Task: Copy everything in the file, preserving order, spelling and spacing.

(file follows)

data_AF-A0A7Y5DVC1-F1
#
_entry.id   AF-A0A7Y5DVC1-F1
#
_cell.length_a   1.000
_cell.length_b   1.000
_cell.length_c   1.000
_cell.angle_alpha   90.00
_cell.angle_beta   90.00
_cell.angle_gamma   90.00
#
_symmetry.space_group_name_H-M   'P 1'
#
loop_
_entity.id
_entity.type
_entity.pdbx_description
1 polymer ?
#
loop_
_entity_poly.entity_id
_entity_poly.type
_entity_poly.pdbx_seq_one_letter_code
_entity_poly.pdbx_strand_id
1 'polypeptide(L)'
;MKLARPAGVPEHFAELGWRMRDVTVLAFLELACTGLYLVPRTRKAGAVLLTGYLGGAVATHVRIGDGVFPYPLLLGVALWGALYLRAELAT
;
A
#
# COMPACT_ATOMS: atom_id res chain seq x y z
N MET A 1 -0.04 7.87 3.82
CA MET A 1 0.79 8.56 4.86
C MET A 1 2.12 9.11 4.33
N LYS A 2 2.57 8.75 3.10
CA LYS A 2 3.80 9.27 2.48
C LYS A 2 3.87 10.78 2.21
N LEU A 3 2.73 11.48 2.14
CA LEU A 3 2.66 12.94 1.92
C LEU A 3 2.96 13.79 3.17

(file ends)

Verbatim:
data_AF-A0A7Y5DVC1-F1
#
_entry.id   AF-A0A7Y5DVC1-F1
#
_cell.length_a   1.000
_cell.length_b   1.000
_cell.length_c   1.000
_cell.angle_alpha   90.00
_cell.angle_beta   90.00
_cell.angle_gamma   90.00
#
_symmetry.space_group_name_H-M   'P 1'
#
loop_
_entity.id
_entity.type
_entity.pdbx_description
1 polymer ?
#
loop_
_entity_poly.entity_id
_entity_poly.type
_entity_poly.pdbx_seq_one_letter_code
_entity_poly.pdbx_strand_id
1 'polypeptide(L)'
;MKLARPAGVPEHFAELGWRMRDVTVLAFLELACTGLYLVPRTRKAGAVLLTGYLGGAVATHVRIGDGVFPYPLLLGVALWGALYLRAELAT
;
A
#
# COMPACT_ATOMS: atom_id res chain seq x y z
N MET A 1 -0.04 7.87 3.82
CA MET A 1 0.79 8.56 4.86
C MET A 1 2.12 9.11 4.33
N LYS A 2 2.57 8.75 3.10
CA LYS A 2 3.80 9.27 2.48
C LYS A 2 3.87 10.78 2.21
N LEU A 3 2.73 11.48 2.14
CA LEU A 3 2.66 12.94 1.92
C LEU A 3 2.96 13.79 3.17